Conqueror’s Tales: The Great Inventions of the Tang Dynasty

General
14.09.2021

The Tang era was not only to thank for a golden age of music and poetry, but also incredible advancements in engineering, medicine, and technology.


During Tang Dynasty rule (618 to 907 AD) in China, the preceding Sui Dynasty gave the first ruler of the new era, Li Yuan (Emperor Gaozu), the perfect foundation on which to build on his antecedents’ achievements.

Emperor Gaozu of Tang

Several different factors contributed to why the Tang came to make these advancements, one of them being a greater emphasis on education and bureaucrats in particular. Civil service examinations opened the door to better jobs for the middle class, an overall better-educated population, and in turn, more schools. Higher standards of schooling lead to higher standards of living across China, and this chain reaction was a driving force for greater advancements in all sectors of society.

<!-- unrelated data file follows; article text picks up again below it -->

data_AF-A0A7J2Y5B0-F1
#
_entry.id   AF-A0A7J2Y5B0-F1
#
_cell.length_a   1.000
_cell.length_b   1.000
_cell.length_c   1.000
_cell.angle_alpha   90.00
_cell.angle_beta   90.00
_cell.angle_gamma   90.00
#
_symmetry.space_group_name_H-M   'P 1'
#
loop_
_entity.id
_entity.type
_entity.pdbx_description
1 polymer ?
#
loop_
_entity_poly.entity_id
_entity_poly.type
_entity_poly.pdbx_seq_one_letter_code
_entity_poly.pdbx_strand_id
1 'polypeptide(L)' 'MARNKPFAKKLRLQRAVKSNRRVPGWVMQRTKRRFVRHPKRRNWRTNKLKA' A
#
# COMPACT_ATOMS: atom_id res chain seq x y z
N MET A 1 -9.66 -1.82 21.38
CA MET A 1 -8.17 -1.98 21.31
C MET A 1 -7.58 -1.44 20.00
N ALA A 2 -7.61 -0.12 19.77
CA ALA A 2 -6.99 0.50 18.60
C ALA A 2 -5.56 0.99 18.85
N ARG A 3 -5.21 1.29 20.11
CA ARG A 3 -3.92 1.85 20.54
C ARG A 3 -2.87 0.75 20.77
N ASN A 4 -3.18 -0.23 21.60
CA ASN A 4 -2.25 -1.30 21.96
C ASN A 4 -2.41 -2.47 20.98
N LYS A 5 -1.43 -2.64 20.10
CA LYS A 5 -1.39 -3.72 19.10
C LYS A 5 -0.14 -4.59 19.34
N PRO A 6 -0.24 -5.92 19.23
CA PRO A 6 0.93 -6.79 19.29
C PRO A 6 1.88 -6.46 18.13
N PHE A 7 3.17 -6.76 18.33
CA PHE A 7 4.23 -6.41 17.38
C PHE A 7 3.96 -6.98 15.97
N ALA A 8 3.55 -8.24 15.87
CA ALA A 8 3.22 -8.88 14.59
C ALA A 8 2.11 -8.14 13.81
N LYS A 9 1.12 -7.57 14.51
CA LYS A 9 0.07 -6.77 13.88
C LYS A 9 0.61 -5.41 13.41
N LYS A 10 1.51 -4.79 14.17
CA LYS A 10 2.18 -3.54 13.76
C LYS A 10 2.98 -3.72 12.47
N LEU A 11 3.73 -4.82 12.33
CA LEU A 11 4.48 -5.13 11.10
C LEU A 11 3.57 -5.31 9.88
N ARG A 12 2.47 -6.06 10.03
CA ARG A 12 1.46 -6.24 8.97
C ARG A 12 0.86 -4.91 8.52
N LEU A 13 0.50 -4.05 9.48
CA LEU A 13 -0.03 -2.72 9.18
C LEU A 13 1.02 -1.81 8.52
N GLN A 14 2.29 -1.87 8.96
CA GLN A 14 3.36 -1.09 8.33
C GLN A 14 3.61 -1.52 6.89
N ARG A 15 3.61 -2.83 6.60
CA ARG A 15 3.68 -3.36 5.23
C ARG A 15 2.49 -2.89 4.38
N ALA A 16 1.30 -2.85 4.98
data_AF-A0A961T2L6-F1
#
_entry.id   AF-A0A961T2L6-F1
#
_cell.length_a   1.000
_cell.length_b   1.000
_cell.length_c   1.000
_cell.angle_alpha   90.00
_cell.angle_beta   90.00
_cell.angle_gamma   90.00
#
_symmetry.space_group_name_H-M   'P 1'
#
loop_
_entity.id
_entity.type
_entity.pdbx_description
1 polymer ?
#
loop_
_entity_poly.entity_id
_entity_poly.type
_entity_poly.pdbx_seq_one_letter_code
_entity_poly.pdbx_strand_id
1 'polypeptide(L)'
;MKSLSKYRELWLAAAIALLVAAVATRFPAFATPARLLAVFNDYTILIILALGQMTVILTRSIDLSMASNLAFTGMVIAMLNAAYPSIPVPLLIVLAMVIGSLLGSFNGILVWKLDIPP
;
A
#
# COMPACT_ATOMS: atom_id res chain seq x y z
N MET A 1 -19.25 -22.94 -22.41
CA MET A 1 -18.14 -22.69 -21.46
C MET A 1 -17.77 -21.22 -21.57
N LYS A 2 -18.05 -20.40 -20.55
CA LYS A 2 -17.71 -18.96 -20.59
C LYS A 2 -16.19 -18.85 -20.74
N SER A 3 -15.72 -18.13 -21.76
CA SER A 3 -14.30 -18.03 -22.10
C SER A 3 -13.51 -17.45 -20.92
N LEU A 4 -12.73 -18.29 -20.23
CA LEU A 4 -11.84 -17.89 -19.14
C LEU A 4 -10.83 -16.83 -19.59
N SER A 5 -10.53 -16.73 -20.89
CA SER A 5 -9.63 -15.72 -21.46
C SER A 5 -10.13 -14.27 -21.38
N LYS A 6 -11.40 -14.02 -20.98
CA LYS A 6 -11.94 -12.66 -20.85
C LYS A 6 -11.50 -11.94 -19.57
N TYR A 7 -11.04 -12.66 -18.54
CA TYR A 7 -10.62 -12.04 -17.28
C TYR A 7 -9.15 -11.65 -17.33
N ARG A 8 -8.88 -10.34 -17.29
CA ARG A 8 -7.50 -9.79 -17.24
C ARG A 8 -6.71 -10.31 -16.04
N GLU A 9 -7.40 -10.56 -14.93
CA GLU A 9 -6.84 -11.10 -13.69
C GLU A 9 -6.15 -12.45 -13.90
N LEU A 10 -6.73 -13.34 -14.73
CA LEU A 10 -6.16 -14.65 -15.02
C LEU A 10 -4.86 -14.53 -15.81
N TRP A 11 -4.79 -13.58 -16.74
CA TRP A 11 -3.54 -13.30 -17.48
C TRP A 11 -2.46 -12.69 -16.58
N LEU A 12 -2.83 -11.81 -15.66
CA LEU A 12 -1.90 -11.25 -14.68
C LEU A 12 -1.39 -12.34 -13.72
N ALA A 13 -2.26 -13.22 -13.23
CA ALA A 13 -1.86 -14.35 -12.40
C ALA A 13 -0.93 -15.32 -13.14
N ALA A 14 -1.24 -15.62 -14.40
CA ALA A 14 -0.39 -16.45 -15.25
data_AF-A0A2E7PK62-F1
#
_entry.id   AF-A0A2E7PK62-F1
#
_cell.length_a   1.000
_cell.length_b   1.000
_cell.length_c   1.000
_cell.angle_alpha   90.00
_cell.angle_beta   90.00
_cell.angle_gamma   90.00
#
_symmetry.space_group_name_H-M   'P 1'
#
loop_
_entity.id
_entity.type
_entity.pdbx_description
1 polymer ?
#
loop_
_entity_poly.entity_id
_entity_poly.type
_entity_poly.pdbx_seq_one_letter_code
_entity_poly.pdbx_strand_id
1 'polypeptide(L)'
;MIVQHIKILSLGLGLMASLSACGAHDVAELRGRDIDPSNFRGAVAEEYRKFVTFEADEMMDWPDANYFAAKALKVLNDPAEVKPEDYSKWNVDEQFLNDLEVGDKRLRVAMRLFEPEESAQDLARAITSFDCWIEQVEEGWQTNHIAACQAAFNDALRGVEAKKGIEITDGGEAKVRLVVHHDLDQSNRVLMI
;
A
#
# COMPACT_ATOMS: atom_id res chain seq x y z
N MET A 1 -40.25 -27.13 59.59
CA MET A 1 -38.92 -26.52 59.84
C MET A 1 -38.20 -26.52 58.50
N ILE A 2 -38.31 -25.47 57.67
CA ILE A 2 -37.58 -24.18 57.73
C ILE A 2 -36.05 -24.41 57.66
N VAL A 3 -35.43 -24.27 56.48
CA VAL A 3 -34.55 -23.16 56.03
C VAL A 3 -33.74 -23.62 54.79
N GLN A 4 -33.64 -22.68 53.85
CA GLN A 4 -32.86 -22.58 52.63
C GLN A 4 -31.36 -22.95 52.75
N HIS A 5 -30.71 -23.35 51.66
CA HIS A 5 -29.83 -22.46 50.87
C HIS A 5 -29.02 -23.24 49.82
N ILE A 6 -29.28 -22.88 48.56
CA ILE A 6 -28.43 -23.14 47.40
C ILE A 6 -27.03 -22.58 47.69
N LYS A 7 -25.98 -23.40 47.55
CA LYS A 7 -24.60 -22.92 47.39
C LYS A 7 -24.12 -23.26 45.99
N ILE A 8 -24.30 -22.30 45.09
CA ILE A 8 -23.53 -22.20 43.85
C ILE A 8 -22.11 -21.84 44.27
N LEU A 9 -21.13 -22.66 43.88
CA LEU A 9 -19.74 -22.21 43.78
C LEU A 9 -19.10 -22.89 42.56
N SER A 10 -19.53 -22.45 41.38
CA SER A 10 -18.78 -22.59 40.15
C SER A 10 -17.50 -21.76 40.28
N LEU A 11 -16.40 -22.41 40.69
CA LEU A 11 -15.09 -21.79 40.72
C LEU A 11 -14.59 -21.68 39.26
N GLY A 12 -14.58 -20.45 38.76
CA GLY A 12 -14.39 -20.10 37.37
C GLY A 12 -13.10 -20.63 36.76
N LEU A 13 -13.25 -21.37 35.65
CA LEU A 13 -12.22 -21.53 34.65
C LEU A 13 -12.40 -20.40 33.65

One of these great Tang Dynasty inventions was from Yi-Xing, who devised the world’s first clockwork mechanism known as the “Astronomical clock”, which keeps time via a waterwheel, a clepsydra clock, and an armillary sphere, which rotates to strike a mechanically timed bell every hour.

The water-powered inventions didn’t stop there, as, in 747 AD, the Emperor had a “cool hall” fitted in the Imperial Palace, which used water to power fan wheels, functioning as the world’s first air conditioner!

The field of medicine came on leaps and bounds during the Tang era, leading to a discovery of how to treat diabetes via the thyroid glands of sheep and pigs, a revelation that would not be made in the west until 1890.

While learning how to cure people, certain inquisitive minds also discovered how to harm them. Alchemists were brewing a new mixture that would explode with a flash when exposed to an open flame, leading to the discovery of gunpowder.

One of Ancient China’s most famous inventions has to be a cream known as porcelain. Yes, during the Tang era, alchemists concocted a powder that had bonding and waterproof qualities, making it ideal for vases, decorative wares, and other homewares.

The Tang era’s “golden age” spilt over into almost every crevice of society, and without this auspicious dynasty, the world may not be as it is today.

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